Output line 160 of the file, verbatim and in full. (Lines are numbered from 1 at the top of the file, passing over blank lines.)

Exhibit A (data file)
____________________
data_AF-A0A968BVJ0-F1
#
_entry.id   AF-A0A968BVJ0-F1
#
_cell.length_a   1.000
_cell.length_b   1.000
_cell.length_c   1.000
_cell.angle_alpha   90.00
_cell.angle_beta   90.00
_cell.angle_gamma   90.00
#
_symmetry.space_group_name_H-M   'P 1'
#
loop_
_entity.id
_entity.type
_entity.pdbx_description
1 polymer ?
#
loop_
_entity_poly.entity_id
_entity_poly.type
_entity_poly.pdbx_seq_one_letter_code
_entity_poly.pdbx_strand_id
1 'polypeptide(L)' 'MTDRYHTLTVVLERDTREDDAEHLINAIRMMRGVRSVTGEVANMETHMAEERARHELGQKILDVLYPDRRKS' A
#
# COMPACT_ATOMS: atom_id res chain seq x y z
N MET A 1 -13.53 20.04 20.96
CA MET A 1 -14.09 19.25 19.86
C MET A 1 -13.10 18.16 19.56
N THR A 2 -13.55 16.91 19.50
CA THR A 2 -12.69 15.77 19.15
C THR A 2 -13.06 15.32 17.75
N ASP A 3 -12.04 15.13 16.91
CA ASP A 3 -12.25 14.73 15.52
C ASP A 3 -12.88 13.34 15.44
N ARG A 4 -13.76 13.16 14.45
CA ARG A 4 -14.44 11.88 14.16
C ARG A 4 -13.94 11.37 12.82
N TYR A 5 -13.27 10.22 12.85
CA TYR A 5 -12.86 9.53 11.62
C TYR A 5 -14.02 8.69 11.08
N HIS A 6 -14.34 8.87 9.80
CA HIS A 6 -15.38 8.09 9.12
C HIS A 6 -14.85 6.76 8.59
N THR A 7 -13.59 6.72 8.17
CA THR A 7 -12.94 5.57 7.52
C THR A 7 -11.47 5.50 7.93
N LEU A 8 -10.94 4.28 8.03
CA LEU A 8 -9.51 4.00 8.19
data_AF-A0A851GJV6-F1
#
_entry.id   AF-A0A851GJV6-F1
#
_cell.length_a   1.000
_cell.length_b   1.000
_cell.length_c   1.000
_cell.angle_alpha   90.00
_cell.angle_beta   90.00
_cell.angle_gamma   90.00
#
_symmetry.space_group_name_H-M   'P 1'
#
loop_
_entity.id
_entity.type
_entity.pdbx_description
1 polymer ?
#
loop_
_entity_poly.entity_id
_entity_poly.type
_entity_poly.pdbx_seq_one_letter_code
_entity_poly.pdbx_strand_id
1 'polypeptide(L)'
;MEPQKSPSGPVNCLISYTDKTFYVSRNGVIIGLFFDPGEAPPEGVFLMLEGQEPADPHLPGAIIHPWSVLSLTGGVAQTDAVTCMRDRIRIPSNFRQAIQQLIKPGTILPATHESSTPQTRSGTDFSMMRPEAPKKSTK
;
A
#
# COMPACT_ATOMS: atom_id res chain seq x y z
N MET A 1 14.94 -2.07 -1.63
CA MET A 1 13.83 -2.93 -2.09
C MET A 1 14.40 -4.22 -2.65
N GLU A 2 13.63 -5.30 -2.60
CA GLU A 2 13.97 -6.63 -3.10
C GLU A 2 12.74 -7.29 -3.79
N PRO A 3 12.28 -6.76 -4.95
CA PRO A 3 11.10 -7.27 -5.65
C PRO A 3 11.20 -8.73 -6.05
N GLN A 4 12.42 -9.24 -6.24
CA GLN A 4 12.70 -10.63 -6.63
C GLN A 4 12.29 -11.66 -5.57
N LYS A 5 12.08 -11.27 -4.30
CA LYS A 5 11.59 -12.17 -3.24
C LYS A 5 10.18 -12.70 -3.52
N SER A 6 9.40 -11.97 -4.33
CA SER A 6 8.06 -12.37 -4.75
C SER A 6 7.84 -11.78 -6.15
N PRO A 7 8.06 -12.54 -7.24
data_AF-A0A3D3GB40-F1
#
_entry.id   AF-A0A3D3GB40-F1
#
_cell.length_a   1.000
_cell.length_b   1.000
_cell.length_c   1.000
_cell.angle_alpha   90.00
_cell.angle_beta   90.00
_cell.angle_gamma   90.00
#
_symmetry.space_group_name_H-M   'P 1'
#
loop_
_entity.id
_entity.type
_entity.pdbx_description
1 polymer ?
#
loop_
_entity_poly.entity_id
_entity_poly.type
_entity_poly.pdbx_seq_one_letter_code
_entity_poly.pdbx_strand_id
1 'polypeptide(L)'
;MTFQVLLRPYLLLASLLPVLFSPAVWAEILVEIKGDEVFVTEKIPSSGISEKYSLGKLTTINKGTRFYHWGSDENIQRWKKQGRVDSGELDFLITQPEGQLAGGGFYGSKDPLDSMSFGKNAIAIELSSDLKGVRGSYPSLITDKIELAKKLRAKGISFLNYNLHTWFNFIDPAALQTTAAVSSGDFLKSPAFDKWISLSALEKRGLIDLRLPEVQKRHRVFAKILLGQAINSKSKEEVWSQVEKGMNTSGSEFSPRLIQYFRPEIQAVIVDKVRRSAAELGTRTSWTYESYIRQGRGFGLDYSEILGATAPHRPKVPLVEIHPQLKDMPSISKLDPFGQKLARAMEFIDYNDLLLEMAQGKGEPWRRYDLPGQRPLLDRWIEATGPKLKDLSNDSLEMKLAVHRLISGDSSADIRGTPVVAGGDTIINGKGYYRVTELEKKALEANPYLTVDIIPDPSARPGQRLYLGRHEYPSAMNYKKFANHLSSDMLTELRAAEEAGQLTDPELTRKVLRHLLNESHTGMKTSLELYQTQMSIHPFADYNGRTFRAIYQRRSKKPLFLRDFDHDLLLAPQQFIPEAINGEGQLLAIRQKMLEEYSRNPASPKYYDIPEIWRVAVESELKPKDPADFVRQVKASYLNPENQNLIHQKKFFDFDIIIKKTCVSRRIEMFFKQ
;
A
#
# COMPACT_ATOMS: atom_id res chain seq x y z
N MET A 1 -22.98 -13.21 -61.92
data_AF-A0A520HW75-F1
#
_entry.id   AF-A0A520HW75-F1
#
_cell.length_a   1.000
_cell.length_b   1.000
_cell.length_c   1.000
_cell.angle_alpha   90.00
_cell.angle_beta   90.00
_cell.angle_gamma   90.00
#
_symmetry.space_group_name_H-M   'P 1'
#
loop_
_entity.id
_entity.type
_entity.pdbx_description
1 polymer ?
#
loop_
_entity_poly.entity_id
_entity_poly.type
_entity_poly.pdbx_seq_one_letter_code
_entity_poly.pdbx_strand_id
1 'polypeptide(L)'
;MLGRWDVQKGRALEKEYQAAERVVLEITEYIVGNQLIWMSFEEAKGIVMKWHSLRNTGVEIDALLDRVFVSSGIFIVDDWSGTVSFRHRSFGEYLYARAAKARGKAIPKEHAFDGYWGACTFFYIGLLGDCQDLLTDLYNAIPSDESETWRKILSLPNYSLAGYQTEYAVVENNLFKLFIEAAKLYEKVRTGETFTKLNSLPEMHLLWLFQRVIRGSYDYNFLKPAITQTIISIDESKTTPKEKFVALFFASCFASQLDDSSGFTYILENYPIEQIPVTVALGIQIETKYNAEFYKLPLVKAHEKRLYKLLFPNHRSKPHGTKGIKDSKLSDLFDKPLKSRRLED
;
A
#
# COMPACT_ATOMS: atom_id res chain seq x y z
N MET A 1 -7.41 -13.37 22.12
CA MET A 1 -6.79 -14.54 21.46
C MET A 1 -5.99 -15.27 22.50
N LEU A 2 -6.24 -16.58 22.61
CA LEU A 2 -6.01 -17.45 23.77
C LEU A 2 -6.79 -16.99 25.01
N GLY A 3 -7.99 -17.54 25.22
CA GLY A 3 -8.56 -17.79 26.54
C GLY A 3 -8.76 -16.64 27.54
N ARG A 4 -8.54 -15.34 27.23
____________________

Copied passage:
# COMPACT_ATOMS: atom_id res chain seq x y z